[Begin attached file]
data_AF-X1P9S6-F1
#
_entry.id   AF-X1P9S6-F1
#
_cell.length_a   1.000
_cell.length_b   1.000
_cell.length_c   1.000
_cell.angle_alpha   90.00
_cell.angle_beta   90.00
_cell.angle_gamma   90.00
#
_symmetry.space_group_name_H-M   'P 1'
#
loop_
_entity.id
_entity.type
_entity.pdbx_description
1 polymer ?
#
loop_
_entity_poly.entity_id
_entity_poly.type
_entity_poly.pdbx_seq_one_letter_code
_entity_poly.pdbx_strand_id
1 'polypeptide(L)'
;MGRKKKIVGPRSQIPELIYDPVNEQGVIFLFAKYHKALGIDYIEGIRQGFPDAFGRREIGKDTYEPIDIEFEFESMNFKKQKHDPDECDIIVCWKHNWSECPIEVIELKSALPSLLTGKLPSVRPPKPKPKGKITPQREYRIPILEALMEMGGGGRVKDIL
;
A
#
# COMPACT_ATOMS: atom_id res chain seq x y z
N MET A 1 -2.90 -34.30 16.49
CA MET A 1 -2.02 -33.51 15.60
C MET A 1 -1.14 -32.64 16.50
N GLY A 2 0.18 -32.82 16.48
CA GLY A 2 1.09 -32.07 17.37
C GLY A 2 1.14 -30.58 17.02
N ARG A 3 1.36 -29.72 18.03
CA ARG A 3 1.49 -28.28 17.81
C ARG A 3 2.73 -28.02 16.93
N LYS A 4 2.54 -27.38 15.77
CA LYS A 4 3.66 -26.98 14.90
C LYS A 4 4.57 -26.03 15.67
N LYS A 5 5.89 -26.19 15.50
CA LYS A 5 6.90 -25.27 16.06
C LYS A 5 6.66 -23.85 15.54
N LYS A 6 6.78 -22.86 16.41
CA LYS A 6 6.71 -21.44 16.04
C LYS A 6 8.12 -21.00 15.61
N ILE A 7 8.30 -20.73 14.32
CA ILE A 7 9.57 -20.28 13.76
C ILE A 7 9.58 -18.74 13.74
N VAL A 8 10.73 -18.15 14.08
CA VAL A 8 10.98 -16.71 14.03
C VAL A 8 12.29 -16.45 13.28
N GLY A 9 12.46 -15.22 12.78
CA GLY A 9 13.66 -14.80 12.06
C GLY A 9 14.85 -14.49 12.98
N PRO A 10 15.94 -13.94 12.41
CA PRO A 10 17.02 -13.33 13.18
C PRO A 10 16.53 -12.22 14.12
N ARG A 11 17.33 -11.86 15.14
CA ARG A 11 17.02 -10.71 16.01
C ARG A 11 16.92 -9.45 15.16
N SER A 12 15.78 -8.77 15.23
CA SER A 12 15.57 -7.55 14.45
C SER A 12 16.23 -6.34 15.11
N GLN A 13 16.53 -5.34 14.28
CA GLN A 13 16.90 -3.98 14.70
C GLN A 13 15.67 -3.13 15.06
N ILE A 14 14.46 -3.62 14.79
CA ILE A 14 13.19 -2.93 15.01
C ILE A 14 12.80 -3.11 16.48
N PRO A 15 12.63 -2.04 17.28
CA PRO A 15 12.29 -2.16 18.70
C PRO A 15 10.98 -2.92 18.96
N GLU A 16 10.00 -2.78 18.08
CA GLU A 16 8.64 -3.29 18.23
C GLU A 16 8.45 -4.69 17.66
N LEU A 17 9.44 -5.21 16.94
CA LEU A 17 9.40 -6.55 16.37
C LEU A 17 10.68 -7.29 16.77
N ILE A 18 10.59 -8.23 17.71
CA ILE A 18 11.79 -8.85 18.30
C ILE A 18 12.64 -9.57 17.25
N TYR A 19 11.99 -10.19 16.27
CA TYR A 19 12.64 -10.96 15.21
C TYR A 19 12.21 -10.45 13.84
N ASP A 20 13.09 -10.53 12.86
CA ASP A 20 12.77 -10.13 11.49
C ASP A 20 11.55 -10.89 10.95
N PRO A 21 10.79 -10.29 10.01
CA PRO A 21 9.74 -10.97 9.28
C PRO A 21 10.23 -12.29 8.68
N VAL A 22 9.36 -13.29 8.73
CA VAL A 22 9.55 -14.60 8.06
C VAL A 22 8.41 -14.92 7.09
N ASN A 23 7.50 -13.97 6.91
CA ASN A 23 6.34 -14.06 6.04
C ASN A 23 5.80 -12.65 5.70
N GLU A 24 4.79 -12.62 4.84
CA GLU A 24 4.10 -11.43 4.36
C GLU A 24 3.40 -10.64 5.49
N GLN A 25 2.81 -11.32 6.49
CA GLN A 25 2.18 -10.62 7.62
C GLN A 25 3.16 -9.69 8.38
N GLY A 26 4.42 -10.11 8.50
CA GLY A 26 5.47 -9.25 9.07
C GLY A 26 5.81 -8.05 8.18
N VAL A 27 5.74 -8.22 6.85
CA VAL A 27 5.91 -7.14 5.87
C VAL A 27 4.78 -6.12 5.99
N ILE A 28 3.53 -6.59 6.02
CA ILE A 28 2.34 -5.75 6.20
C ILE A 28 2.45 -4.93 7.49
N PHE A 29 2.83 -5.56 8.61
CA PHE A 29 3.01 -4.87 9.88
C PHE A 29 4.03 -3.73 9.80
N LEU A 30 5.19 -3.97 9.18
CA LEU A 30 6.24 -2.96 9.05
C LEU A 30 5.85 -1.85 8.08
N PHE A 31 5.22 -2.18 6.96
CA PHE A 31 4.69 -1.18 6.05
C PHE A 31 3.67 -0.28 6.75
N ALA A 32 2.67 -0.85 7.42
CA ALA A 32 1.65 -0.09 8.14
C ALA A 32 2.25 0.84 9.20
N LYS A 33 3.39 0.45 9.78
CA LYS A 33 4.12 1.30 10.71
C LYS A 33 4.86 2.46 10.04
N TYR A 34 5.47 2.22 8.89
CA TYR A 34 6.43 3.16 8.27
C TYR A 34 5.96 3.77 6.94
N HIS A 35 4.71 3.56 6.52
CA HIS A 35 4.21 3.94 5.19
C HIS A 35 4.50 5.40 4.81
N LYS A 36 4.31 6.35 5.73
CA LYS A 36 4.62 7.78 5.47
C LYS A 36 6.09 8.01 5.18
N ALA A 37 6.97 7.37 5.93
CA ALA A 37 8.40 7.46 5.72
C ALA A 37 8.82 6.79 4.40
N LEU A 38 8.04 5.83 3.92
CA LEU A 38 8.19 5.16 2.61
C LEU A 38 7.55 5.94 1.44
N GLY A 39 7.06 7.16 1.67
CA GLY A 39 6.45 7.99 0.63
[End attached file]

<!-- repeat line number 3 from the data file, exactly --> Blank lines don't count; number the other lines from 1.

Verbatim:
_entry.id   AF-X1P9S6-F1